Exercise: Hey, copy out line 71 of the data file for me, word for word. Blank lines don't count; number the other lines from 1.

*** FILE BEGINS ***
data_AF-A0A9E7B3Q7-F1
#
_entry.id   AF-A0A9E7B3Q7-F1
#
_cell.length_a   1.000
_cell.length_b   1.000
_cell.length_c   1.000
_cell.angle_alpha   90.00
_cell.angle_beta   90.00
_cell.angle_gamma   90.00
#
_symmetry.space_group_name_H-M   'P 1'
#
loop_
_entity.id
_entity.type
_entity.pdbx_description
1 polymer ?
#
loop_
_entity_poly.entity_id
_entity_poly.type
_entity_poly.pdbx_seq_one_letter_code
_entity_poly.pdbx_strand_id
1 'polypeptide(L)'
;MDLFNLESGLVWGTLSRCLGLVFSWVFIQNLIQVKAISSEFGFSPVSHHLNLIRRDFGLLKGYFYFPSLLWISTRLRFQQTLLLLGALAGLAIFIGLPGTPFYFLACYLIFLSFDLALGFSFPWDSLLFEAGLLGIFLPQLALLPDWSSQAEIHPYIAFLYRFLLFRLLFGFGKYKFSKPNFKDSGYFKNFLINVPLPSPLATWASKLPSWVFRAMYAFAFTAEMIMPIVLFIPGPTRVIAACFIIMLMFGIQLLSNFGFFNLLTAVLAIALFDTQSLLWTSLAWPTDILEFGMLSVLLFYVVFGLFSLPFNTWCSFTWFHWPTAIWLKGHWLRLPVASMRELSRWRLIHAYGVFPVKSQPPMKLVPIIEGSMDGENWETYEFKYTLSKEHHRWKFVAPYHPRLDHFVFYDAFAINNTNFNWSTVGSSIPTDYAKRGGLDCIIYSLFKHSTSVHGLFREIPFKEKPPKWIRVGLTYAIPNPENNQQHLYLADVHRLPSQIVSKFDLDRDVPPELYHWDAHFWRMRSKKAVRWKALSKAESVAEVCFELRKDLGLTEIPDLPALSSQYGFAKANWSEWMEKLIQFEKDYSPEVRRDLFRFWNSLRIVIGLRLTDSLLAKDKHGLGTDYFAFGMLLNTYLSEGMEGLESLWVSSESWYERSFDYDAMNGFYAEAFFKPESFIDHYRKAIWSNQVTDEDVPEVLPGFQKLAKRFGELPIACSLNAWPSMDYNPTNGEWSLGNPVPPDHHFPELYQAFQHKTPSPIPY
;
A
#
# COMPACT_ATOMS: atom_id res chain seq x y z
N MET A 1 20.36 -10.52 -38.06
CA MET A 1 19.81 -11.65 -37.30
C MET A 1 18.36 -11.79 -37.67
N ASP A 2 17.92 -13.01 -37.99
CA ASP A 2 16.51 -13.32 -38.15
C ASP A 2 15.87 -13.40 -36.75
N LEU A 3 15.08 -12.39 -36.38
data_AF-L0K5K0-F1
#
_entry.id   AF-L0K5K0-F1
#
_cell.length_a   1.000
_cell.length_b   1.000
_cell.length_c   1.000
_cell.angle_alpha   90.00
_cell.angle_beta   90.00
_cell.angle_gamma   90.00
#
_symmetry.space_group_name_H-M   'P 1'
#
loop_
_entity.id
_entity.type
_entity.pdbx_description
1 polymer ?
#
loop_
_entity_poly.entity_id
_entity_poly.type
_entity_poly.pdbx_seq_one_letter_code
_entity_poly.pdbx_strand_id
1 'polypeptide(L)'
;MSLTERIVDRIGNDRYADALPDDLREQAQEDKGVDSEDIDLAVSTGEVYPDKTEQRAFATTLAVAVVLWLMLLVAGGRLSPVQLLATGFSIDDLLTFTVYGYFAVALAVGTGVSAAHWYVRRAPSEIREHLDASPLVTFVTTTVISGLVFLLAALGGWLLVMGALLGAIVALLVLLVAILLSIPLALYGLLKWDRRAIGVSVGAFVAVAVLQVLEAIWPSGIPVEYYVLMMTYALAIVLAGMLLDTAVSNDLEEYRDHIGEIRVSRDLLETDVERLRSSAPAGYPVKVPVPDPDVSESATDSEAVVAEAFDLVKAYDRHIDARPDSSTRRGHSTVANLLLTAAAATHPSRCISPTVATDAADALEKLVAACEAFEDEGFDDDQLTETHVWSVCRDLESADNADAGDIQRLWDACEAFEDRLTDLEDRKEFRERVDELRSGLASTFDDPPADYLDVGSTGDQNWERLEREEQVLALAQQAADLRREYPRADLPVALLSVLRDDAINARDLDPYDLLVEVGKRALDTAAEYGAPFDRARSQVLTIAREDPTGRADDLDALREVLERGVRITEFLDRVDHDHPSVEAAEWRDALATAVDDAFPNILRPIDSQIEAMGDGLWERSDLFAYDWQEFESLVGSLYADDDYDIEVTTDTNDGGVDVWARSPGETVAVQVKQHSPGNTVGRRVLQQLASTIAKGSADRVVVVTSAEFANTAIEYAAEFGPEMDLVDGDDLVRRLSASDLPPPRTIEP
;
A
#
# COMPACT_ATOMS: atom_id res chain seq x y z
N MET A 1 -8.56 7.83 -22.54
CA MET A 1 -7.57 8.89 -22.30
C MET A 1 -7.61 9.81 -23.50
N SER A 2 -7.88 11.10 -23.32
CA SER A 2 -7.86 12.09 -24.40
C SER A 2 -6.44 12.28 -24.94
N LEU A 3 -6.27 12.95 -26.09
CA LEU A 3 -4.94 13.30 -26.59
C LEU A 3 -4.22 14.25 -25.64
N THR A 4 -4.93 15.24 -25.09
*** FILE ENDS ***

N SER A 2 -7.88 11.10 -23.32